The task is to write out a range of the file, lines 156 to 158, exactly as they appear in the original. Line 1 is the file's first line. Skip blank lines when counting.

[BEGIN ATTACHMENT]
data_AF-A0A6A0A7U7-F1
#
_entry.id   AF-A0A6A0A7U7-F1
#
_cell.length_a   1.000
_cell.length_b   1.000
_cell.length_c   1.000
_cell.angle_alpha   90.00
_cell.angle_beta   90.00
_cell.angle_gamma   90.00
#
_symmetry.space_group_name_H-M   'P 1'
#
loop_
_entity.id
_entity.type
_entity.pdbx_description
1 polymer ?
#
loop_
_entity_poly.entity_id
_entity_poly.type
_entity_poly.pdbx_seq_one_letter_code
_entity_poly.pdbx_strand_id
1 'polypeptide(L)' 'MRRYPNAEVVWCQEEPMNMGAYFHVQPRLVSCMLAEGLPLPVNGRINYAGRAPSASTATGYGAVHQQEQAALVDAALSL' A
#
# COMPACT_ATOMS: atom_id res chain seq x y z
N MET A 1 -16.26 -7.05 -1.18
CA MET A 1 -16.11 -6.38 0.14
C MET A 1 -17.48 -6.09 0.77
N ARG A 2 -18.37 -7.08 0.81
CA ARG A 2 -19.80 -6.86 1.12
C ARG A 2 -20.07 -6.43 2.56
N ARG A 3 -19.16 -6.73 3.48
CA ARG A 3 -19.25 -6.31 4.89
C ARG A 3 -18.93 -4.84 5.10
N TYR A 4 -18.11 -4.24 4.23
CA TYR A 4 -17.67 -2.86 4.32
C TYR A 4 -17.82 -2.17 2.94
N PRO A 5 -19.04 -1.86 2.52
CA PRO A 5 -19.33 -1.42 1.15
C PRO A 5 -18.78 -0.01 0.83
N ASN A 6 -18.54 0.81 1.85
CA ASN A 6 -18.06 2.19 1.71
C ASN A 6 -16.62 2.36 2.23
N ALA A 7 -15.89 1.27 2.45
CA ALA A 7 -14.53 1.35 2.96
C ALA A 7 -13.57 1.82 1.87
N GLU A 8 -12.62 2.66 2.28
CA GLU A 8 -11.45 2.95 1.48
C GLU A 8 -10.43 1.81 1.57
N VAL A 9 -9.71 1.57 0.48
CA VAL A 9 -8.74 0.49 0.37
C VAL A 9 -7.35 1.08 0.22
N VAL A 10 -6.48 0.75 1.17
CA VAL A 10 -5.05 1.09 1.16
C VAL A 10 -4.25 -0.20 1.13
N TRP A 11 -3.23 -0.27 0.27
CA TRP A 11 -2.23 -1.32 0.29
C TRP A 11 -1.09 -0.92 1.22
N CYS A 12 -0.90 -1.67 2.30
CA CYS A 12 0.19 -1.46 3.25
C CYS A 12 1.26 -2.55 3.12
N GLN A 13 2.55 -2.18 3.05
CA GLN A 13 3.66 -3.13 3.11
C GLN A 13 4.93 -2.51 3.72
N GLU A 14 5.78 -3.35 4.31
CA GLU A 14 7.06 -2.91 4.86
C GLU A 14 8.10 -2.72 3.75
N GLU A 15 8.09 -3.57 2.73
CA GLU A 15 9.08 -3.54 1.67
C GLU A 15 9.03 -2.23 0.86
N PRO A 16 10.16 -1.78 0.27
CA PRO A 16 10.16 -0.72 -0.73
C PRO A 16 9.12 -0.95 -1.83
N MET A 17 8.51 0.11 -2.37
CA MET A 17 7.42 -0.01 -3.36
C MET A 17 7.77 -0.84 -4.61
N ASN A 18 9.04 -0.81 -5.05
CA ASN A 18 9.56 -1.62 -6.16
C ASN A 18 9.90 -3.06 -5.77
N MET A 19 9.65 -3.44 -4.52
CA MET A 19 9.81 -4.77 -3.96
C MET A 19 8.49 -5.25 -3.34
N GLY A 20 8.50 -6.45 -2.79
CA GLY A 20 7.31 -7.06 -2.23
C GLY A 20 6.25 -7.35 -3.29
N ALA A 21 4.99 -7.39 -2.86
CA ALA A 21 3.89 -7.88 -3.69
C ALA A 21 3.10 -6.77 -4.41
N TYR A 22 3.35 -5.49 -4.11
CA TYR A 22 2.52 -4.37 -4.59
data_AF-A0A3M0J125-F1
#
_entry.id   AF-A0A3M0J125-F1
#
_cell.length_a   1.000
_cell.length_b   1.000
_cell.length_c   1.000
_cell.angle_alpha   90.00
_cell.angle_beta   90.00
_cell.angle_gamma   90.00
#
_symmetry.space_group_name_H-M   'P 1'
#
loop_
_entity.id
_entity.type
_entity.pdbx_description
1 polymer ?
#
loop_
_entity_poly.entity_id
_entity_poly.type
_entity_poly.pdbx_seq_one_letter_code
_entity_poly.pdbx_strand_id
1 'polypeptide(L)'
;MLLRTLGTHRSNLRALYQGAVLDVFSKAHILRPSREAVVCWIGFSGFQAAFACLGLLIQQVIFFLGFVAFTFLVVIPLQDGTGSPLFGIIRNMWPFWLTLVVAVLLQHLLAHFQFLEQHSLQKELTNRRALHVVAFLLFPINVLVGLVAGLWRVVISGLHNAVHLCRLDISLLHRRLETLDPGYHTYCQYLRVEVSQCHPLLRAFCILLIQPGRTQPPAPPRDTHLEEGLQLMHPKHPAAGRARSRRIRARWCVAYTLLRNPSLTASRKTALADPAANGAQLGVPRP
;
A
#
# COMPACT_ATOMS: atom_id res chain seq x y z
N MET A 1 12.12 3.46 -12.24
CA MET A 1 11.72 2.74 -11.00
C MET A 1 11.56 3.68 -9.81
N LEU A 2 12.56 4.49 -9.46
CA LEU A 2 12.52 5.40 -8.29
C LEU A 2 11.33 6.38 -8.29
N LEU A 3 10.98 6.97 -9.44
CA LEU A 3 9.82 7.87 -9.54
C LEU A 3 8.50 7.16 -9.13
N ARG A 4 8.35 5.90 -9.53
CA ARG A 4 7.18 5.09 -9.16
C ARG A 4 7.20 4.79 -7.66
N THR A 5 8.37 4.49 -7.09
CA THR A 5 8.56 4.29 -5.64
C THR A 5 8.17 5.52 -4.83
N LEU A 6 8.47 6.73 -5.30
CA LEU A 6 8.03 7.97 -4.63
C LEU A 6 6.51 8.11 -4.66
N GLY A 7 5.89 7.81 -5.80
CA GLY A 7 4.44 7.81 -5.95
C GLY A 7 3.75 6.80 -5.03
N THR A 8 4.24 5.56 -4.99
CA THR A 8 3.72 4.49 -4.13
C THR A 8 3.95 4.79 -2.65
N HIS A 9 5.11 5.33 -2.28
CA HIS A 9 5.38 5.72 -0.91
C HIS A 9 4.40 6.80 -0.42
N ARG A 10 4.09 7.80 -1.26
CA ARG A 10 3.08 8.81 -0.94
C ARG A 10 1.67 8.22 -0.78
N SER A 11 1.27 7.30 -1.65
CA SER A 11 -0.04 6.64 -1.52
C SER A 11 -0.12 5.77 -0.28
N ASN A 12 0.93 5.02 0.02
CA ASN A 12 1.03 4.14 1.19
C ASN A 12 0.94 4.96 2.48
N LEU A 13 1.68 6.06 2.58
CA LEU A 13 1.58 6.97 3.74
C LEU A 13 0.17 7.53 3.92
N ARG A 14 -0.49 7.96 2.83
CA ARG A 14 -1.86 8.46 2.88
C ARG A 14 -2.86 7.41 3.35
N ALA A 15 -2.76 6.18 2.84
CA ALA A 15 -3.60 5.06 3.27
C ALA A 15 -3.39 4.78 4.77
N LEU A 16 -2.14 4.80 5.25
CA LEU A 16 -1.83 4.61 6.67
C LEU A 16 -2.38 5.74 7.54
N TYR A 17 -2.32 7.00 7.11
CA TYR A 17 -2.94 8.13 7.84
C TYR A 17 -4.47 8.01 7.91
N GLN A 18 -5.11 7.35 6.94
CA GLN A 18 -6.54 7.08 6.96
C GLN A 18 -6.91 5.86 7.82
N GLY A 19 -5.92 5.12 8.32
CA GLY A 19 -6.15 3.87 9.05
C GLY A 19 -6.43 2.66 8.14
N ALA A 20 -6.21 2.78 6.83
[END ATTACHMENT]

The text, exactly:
N ASN A 12 0.93 5.02 0.02
CA ASN A 12 1.03 4.14 1.19
C ASN A 12 0.94 4.96 2.48